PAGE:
Sen. John McCain (R-AZ) has made his complete reversal on offshore drilling a centerpiece of his presidential campaign, insisting that expanding offshore drilling into protected areas would lead to more oil supply on the market “within a matter of months” — regardless of the Energy Information Agency’s projection that oil would not reach the market for nearly a decade and “would not have a significant impact” on oil prices.
Though more drilling won’t help Americans save money at the gas pump, it has certainly helped McCain win massive campaign donations from Big Oil. A new report by Campaign Money Watch shows that contributions to McCain from Big Oil skyrocketed directly following his June speech in Houston, when he pledged his support of offshore drilling before an audience oil executives. The report notes:
In Texas alone, June oil and gas-connected donations to McCain’s Victory ’08 Fund, his hybrid fundraising venture with the RNC and state committees, reached $1,214,100.
Of that total, $881,450, or 73 percent, came after June 15. McCain announced his position in favor of offshore drilling on June 16.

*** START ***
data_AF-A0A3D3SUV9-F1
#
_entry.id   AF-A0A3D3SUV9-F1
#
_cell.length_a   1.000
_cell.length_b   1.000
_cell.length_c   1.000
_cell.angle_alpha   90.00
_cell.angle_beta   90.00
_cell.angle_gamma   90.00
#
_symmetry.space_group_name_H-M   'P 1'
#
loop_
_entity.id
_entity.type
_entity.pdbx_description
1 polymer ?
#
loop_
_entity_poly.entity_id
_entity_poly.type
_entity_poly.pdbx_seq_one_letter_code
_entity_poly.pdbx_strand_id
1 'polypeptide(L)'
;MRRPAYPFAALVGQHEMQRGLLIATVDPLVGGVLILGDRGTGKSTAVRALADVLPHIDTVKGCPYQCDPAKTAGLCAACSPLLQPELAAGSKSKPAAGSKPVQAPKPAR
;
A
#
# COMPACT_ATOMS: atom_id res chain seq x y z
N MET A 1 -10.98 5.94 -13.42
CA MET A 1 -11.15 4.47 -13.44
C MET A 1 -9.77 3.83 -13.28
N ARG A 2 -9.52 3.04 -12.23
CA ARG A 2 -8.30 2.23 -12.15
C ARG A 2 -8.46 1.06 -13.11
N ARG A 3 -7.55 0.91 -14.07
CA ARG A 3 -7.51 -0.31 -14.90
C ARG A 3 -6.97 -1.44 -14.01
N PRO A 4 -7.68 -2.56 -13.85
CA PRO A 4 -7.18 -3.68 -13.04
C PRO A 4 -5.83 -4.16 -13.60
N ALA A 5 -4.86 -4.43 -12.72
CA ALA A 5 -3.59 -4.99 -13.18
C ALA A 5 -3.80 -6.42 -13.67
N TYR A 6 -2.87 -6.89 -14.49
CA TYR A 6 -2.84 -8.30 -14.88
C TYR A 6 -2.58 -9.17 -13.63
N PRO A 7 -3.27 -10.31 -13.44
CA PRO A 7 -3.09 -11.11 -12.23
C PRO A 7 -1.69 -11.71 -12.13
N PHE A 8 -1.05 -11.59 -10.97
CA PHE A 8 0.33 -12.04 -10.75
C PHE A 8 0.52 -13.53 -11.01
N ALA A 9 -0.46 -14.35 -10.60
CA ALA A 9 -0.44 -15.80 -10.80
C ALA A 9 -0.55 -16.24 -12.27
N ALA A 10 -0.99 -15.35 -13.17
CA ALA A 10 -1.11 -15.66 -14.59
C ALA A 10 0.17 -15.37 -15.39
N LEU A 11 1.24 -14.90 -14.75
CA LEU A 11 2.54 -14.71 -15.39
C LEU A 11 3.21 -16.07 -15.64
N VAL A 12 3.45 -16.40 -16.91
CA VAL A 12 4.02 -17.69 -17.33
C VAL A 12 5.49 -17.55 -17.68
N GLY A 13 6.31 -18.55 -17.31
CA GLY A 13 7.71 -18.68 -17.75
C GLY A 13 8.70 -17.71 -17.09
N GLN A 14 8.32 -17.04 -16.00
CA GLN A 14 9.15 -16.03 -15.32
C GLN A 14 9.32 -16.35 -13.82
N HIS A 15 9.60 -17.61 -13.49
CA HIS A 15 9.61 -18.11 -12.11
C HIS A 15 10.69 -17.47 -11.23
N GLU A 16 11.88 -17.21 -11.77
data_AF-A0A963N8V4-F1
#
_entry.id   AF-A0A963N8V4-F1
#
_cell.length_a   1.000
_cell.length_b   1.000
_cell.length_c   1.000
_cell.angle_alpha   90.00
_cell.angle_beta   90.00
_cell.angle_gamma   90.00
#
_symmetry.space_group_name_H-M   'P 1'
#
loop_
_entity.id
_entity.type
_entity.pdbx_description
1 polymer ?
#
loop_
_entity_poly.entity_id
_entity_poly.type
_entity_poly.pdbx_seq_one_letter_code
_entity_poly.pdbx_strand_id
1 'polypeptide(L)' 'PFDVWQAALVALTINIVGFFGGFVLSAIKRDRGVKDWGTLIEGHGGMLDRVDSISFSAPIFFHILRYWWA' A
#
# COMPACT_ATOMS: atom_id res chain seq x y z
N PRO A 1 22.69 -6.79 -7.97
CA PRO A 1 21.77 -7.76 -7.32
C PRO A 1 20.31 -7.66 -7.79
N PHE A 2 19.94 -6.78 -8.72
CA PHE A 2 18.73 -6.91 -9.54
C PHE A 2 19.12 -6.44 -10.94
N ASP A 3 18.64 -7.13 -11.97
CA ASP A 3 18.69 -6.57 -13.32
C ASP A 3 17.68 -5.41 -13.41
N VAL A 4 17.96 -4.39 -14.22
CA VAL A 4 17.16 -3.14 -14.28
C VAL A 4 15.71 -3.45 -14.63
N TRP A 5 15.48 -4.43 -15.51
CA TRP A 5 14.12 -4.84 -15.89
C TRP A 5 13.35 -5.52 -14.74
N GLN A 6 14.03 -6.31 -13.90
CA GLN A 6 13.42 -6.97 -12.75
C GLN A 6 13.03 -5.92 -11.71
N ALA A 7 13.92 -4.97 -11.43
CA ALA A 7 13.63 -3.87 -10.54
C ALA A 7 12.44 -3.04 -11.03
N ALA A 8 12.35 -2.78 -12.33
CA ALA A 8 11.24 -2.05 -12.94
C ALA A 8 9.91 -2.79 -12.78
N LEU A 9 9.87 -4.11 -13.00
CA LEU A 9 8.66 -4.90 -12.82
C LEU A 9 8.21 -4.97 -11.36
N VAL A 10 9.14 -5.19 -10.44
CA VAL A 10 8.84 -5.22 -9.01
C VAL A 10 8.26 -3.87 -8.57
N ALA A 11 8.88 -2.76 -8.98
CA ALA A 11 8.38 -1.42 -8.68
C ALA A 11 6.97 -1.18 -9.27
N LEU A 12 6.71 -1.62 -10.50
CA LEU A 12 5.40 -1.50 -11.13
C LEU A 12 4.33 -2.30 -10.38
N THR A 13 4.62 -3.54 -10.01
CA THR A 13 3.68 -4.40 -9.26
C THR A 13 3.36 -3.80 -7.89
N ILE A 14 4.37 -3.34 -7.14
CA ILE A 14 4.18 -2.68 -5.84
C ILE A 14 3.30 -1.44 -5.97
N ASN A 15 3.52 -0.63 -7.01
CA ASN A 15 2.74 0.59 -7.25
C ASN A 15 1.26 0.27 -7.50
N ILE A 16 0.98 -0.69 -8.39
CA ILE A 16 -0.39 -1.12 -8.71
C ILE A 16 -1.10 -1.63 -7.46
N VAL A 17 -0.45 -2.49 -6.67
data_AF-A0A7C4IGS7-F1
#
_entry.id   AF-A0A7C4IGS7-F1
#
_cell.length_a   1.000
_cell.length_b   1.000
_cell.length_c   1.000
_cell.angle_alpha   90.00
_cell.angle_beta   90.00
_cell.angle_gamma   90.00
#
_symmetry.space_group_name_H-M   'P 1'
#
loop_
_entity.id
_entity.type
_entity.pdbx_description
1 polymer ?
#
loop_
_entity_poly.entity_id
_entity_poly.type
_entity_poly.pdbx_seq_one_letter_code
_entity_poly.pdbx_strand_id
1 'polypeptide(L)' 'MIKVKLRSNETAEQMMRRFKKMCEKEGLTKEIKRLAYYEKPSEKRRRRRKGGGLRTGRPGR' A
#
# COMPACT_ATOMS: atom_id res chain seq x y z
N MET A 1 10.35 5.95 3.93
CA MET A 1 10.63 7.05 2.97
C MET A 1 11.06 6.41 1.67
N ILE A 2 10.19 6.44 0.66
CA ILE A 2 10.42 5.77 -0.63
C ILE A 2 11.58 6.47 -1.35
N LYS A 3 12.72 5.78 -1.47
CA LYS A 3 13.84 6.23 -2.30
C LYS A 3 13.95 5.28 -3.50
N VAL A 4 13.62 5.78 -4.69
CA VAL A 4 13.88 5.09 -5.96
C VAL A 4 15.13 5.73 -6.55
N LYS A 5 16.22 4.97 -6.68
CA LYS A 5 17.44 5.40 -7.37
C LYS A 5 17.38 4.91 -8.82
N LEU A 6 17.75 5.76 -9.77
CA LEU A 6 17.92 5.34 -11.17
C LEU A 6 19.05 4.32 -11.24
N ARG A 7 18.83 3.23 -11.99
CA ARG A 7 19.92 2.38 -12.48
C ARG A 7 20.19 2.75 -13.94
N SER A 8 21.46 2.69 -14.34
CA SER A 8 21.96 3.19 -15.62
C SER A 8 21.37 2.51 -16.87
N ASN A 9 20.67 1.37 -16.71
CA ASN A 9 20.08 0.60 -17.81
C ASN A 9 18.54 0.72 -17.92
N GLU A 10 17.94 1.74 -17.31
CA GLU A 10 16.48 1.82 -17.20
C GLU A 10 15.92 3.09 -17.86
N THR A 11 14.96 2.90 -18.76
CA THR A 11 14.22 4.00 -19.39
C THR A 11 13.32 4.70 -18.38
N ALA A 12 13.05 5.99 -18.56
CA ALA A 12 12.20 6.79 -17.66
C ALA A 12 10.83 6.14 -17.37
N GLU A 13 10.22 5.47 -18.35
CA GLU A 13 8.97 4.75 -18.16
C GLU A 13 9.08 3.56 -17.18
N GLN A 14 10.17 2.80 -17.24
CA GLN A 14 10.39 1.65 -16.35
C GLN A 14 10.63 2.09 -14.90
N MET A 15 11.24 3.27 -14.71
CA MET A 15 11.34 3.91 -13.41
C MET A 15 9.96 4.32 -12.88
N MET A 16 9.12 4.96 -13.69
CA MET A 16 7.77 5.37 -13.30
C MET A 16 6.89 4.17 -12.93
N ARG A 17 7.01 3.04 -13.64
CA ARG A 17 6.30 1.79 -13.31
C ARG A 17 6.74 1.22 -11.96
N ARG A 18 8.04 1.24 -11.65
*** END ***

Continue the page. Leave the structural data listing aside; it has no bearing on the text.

The report notes that these enormous contributions represent a seven-fold increase in donations, compared to McCain’s 2000 campaign:
McCain has no plan to prevent oil companies from absorbing the profits off expanded drilling opportunities — just like they have reaped record profits on the back of unprecedented oil prices. Last Sunday, when George Stephanopoulos asked how he would make sure oil companies passed the savings to consumers, McCain suggested weakly he could “shame” them into helping consumers:
STEPHANOPOULOS: The oil companies, the gas companies are going to absorb any reduction.
MCCAIN: … they say that. But one, it didn’t happen before, and two, we wouldn’t let it happen. We wouldn’t let it — Americans wouldn’t let them absorb that.
STEPHANOPOULOS: How would you prevent that?
MCCAIN: We would make them shamed into it. We, of course, know how to — American public opinion. And we would penalize them, if necessary. But they wouldn’t. They would pass it on.